Secretary of the Interior
In house model Fiona with one of her favorite pastimes.
I was a newlywed when my husband and I watched the twin towers collapse in real-time from our loft building a mile north of the attack. We knew then that the world would never be the same and that our lives would be neatly demarcated into “before 9.11” and “after 9.11.” Nearly twenty years later, we have deja vu. Covid 19 has delivered a reckoning beyond our imagination. The natural world is catching a break, but few others will benefit from this scourge except for profiteers, a handful of US senators and all of the industries that will help maintain social distancing. We have isolated ourselves like so many households. Here is a quick index of our new normal:
- We have fewer spam calls.
- Our dogs are delighted with all of the long walks and are looking sleek. I look less sleek since I’ve been stress-eating.
- I am catching up with old friends.
- I have indulged in quite a bit of anxiety, none of it remotely productive.
- I’m sleeping more.
- My hoop house is greening up despite the snow outside.
- I’m an Anthony Fauci groupie and still cannot believe he is 79.
- I am reading more.
- I’m back on Facebook.
- I am proud of our kids. This social distancing is hard on teenagers but they are adapting to the new temporary normal with poise.
- I am remembering to groom for Zoom meetings.
- Weekends really aren’t a thing now are they?
- I am trying to remember that communication, reverence, compassion, and gratitude are a good strategic defense in any onslaught.
This crisis has put a great deal into perspective. The personal dramas and petty concerns that captured me two weeks ago seem distant and blurred, like the view in the wrong end of a telescope. We fell in step with the dire news and statistics, adjusted our personal budget and set aside as much as we could for relief efforts. And I reassessed my fledgling design business. Thanks to a small loan that I put in place from the get-go, I can still stay in business and maintain a sole employee for the short term. I am extremely grateful that I have a reprieve, albeit a temporary one, but I have been struggling with some broader questions. What is important now? Why create art? Why continue to design? Is this where I should be putting time and energy?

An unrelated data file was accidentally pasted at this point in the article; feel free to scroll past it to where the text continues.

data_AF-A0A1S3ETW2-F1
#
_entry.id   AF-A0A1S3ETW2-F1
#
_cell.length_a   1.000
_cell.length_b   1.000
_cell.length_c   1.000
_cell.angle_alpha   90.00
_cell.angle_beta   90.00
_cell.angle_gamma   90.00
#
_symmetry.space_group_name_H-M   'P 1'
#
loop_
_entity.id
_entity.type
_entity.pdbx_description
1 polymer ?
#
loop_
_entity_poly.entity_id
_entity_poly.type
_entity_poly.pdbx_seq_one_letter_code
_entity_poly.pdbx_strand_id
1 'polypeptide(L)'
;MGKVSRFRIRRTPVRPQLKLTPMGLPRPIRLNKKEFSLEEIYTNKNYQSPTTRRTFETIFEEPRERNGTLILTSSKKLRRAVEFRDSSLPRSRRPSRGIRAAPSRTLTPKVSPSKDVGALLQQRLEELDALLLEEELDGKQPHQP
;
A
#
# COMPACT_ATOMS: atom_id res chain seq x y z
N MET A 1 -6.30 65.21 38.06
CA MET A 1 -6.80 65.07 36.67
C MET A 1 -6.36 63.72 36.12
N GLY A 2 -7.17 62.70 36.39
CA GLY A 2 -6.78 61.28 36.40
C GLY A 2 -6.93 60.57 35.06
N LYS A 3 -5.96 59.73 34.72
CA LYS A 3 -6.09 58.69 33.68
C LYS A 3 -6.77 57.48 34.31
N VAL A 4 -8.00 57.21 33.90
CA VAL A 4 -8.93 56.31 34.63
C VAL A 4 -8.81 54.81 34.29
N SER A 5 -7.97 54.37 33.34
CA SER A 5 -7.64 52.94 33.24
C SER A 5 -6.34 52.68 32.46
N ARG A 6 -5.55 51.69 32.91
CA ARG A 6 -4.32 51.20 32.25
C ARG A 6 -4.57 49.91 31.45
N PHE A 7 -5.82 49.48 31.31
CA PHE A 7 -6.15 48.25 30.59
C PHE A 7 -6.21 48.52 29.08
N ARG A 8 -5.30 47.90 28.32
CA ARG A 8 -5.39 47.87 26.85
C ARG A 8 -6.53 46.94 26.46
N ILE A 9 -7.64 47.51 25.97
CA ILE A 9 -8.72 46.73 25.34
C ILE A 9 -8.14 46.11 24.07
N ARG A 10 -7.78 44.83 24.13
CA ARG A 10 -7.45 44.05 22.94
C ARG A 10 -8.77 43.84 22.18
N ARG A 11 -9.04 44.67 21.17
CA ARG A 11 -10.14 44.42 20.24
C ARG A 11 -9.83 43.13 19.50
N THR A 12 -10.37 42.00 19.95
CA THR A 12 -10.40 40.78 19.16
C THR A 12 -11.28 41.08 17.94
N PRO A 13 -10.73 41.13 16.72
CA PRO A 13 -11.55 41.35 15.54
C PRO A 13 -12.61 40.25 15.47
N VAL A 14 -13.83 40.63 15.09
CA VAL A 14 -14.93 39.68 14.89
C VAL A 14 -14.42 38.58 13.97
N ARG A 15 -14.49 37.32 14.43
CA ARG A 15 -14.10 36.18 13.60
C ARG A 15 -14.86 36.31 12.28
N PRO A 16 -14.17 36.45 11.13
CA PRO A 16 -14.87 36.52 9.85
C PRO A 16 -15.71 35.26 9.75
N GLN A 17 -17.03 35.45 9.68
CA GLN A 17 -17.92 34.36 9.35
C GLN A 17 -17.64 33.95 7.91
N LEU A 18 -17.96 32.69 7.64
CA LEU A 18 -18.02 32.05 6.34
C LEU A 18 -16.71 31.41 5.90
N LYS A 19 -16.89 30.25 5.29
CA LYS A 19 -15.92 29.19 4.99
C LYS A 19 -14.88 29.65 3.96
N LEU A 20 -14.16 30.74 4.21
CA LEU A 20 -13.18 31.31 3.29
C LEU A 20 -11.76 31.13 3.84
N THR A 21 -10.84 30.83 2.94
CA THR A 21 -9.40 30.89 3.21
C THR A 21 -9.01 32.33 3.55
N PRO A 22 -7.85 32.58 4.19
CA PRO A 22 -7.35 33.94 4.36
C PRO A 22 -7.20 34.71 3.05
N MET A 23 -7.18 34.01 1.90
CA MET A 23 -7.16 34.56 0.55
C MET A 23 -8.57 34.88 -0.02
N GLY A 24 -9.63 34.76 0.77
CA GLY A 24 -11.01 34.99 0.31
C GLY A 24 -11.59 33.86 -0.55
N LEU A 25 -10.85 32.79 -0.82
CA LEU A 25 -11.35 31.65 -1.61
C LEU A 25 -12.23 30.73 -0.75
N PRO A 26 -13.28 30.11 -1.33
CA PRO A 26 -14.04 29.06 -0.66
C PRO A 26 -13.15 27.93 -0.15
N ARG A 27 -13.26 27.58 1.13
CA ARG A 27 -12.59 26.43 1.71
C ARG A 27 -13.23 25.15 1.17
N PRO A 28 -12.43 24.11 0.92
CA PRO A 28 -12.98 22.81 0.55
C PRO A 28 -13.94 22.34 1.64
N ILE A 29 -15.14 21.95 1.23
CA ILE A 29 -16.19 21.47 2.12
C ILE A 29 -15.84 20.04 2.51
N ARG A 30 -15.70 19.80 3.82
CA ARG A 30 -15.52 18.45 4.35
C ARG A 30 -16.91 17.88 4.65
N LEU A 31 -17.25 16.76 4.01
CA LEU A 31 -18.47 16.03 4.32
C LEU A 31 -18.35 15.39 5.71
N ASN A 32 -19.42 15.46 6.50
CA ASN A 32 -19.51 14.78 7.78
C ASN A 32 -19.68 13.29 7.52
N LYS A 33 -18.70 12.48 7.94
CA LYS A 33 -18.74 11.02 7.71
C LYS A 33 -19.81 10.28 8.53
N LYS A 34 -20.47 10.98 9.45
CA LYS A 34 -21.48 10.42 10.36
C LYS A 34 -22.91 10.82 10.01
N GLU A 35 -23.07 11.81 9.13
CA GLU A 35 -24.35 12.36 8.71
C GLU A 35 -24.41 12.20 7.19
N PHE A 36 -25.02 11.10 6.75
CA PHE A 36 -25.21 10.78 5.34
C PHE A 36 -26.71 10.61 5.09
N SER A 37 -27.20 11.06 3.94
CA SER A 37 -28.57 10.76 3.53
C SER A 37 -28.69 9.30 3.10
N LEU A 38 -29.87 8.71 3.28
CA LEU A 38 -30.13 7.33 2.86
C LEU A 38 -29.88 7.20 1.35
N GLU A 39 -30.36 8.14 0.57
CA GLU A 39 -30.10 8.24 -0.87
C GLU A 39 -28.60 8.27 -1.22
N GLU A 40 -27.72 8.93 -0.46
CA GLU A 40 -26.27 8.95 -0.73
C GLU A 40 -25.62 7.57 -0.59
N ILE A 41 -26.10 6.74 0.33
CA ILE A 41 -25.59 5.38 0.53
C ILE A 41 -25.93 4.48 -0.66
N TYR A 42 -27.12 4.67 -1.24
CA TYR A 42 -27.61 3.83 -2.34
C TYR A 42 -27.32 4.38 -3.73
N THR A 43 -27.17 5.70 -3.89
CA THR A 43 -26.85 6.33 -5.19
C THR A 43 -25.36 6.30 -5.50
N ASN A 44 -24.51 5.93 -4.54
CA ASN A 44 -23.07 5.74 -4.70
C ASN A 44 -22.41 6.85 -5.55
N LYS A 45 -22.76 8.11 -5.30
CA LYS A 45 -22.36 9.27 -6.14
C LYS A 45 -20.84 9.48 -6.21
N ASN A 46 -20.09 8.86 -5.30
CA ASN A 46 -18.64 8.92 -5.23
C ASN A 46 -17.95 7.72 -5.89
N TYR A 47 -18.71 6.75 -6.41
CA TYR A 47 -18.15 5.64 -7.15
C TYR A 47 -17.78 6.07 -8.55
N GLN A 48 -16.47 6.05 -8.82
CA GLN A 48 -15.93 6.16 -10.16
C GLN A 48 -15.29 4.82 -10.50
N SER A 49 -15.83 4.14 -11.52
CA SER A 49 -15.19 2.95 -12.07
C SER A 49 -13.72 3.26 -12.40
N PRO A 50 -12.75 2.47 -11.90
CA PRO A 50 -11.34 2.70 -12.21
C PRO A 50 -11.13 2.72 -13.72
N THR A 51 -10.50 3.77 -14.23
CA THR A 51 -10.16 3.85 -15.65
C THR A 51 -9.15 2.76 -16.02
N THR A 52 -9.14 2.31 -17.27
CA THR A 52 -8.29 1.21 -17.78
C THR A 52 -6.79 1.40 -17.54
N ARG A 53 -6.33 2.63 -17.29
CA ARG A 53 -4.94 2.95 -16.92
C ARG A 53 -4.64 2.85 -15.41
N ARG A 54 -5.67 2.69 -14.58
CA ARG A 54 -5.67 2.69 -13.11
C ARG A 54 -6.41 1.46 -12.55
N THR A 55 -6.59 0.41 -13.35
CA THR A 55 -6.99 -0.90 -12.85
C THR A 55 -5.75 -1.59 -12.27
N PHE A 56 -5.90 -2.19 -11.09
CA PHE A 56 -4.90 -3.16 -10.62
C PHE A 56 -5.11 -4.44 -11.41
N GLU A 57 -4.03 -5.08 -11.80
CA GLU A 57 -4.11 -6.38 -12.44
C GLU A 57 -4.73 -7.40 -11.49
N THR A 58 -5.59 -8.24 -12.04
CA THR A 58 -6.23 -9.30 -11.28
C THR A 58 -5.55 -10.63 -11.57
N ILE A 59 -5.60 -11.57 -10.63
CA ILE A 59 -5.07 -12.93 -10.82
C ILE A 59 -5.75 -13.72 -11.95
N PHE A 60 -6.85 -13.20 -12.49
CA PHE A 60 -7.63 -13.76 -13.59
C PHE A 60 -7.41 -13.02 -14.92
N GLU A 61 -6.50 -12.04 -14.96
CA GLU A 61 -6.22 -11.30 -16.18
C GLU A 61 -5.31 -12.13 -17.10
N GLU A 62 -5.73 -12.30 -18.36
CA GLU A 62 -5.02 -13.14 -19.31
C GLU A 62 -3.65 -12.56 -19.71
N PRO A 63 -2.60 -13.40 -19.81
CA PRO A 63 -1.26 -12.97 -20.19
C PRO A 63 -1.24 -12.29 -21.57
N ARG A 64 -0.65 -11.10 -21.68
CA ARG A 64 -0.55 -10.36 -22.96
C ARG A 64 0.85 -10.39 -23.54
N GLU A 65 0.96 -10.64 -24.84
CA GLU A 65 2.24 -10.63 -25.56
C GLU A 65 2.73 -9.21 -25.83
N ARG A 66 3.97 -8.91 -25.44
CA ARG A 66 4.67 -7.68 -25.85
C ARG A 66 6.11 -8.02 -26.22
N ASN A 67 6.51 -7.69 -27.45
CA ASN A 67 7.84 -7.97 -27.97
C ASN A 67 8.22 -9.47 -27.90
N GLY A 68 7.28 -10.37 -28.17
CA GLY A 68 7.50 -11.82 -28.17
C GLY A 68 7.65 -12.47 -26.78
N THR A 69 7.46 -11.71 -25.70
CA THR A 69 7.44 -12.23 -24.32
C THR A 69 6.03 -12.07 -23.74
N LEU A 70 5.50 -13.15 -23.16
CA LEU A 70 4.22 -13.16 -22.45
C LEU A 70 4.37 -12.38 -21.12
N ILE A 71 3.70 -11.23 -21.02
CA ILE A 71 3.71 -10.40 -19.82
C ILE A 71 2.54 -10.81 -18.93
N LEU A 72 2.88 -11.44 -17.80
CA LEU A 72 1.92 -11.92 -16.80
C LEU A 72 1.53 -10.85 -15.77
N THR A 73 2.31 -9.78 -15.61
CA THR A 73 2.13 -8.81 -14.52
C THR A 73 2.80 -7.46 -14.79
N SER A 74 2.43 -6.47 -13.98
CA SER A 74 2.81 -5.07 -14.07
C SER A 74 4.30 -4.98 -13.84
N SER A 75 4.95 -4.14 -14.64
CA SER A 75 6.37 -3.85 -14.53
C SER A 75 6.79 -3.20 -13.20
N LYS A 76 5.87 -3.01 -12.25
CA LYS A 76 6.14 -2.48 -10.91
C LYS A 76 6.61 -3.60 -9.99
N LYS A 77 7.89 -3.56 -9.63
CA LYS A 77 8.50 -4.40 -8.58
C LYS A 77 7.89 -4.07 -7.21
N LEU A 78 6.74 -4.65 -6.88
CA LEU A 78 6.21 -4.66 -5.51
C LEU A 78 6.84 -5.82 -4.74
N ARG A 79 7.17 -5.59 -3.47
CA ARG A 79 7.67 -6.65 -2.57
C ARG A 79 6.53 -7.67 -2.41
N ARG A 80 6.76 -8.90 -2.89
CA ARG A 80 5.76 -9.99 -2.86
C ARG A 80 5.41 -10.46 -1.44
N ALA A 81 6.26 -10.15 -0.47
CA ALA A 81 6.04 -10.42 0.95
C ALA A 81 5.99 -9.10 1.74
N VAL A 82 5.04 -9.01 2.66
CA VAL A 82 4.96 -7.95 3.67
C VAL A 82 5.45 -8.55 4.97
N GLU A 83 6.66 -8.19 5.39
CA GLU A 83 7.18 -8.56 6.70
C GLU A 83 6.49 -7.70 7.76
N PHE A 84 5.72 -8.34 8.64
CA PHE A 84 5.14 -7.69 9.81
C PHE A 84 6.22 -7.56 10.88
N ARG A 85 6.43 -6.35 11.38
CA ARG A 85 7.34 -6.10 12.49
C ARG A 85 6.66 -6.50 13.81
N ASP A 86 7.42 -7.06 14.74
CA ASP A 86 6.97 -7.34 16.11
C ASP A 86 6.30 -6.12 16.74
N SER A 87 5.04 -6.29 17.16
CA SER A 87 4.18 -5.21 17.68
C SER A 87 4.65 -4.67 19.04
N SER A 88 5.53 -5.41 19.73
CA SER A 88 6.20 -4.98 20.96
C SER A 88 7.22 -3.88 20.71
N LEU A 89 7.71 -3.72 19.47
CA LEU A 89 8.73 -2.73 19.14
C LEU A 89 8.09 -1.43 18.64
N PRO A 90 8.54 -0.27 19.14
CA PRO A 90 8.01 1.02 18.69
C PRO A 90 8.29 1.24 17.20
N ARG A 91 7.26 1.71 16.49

It took years to embrace my right-brained self and to understand that making art is as valid as any other sanctioned profession. Art and design connect people and brighten lives. That is where I want to be. All artists are storytellers in a multitude of ways: from the artists who ask us to question societal norms, or who use choreography to pull us into another dimension, or to those who design our spaces, or those who bind us with music and entertainment, to those who use design as an invitation for awe, or to the writers who lay it out in black and white.
There is a great deal at stake right now: lives, livelihoods, and our collective sanity. But I’m looking for the light under the door. I hope this pause allows us to be a little more creative. I hope this pause makes the arts community more accessible by pulling it online. I hope this pause frees us from judging art strictly through the lens of commerce, trends, or critical approbation. With all of this in mind, I am shaking off my temporary paralysis and am getting back to work. I plan to keep designing, to return to my blog, to my regular column, to community advocacy and always, always to the garden. Creating is moving.
My mission remains the same: to create a sustainable line of products that give back with every purchase. Before the pandemic hit, the studio was launching a partnership with Conservation International to plant a mangrove with every purchase. Mangroves are among our front lines of defense in fighting climate change and have been decimated by real estate development and shrimp farming. Planting mangroves is still in the works–we can worry about two things at once after all–but I am now also assessing how to give to pandemic relief as well. Now, more than ever, I see the importance of making original products, in small editions, with a smaller footprint. Now more than ever, businesses need to close the loop — to create and to simultaneously give back. We need to consume less, and we need to consume more thoughtfully.
The whole planet is now gathering online, and the studio will follow suit. We already have an online platform, but we can go further. In lieu of our open studios and small workshops, we are planning a series of online classes on color, painting, and possibly, bookbinding. So look for the next newsletter or follow us on social media platforms like Instagram and Facebook to get updates.
Most of all, I would like to hear from you. What are you doing, how are you faring, what are you thinking? How has your world changed? Let me know. I’m here and no need to keep your distance.